By Medicover Hospitals / 17 Feb 2021
Sensitive Teeth or Tooth Sensitivity, or “Dentin Hypersensitivity,” is exactly what sounds like pain or discomfort in the teeth in response to certain stimuli, such as hot or cold temperatures. It can be a temporary or chronic problem and can affect one tooth, several teeth, or all the teeth of the same individual. This can have many causes, but most cases of sensitive teeth are easily treated with a change in your oral hygiene regimen.
- What is Sensitive Teeth?
- When to visit a Dentist?
- Home Remedies
What is Sensitive Teeth?
Sensitive teeth occur when the underlying layer of your teeth, dentin, is exposed due to receding gum tissue (the protective covering that covers the roots of teeth). The roots, which are not covered by hard enamel, contain thousands of small tubes leading to the center of the tooth. These dentinal tubules enable stimuli - for example, hot, cold, or sweet foods to reach the nerve in your tooth, causing the pain you are experiencing.
1. Brush with too much spirit:
Sometimes, the sensitive teeth come from brushing too hard or using a toothbrush with stiff bristles. Over time, you can wear out the protective layers of your teeth and expose microscopic hollow tubes or channels leading to your dental nerves. When exposed to extreme temperatures or too acidic or sticky foods, this can cause dental sensitivity and discomfort. The easiest solution is to switch to a toothbrush with softer bristles and be softer when brushing.
2. Eat Acidic Foods:
If the pathways to your nerves are exposed, acid foods such as tomato sauce, lemon, grapefruit, kiwi, and pickles may cause pain. But avoiding these foods can help you avoid dental discomfort.
3. A tooth crusher:
Even though tooth enamel is the strongest substance in your body, teeth grinding can wear it down. By doing this, you expose the dentin or the middle layer of the tooth that holds the hollow tubes that lead to your nerves. Ask your dentist to find a mouth guard that can keep you from squeaking.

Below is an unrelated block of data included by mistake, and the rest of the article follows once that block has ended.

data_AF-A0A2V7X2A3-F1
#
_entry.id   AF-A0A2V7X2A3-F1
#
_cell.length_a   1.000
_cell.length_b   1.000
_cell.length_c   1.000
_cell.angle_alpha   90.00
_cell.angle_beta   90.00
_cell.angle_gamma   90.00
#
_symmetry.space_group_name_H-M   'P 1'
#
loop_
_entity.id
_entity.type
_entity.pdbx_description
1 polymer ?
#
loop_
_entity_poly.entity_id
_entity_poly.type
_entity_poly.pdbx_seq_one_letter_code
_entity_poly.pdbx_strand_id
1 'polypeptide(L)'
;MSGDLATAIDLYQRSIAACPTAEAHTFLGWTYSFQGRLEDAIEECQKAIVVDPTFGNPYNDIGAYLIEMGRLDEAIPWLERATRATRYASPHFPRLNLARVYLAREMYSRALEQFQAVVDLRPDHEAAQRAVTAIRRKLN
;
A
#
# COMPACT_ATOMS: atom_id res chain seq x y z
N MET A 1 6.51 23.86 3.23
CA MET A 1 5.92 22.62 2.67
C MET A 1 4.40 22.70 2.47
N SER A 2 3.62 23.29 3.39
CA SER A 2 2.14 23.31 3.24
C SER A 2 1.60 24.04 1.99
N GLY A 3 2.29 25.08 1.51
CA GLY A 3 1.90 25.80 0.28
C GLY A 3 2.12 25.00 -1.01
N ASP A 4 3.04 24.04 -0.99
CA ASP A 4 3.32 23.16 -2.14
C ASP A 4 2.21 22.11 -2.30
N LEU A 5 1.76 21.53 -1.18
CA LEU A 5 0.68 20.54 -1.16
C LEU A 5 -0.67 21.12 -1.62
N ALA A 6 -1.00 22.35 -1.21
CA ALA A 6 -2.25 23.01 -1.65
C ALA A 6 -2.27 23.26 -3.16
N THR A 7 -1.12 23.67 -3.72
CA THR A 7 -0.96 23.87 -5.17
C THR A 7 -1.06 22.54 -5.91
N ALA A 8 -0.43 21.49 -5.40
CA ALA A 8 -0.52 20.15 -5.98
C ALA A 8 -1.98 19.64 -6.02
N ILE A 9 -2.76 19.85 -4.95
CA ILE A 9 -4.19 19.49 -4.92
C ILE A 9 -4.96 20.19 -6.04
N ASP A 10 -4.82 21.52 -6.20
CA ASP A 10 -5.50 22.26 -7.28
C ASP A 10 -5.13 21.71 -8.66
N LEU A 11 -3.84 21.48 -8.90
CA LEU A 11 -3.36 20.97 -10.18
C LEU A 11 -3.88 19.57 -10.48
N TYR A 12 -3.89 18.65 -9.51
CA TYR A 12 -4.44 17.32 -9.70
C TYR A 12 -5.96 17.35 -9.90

4. Use a whitening toothpaste:
Many manufacturers add whitening chemicals to their toothpaste formulations, and some people are more sensitive to it than others. If your toothpaste contains bleach, consider switching to one that does not.
5. Addicted to Mouthwashes:
Like whitening toothpaste, some over-the-counter mouthwashes and rinses contain alcohol and other chemicals that can make your teeth more sensitive, especially if your dentin is exposed. Instead, try to flush with neutral fluoride or simply skip the flushing and be more diligent in flossing and brushing.
6. Gum Disease:
Receding gums, which is more and more common with age (especially if you have not been monitoring your dental health), can lead to sensitive teeth. If gum disease or gingivitis is the problem, your dentist will make a plan to treat the underlying disease and may also suggest a procedure to seal your teeth.
7. Excessive Plaque:
The goal of flossing and brushing is to remove plaque that forms after eating. Excessive plaque buildup can lead to tooth enamel wear. Again, your teeth may become more sensitive as they lose the protection provided by the enamel. The solution is to practice good daily dental care and visit your dentist for cleanings every six months - or more frequently.
8. A Dental Procedure: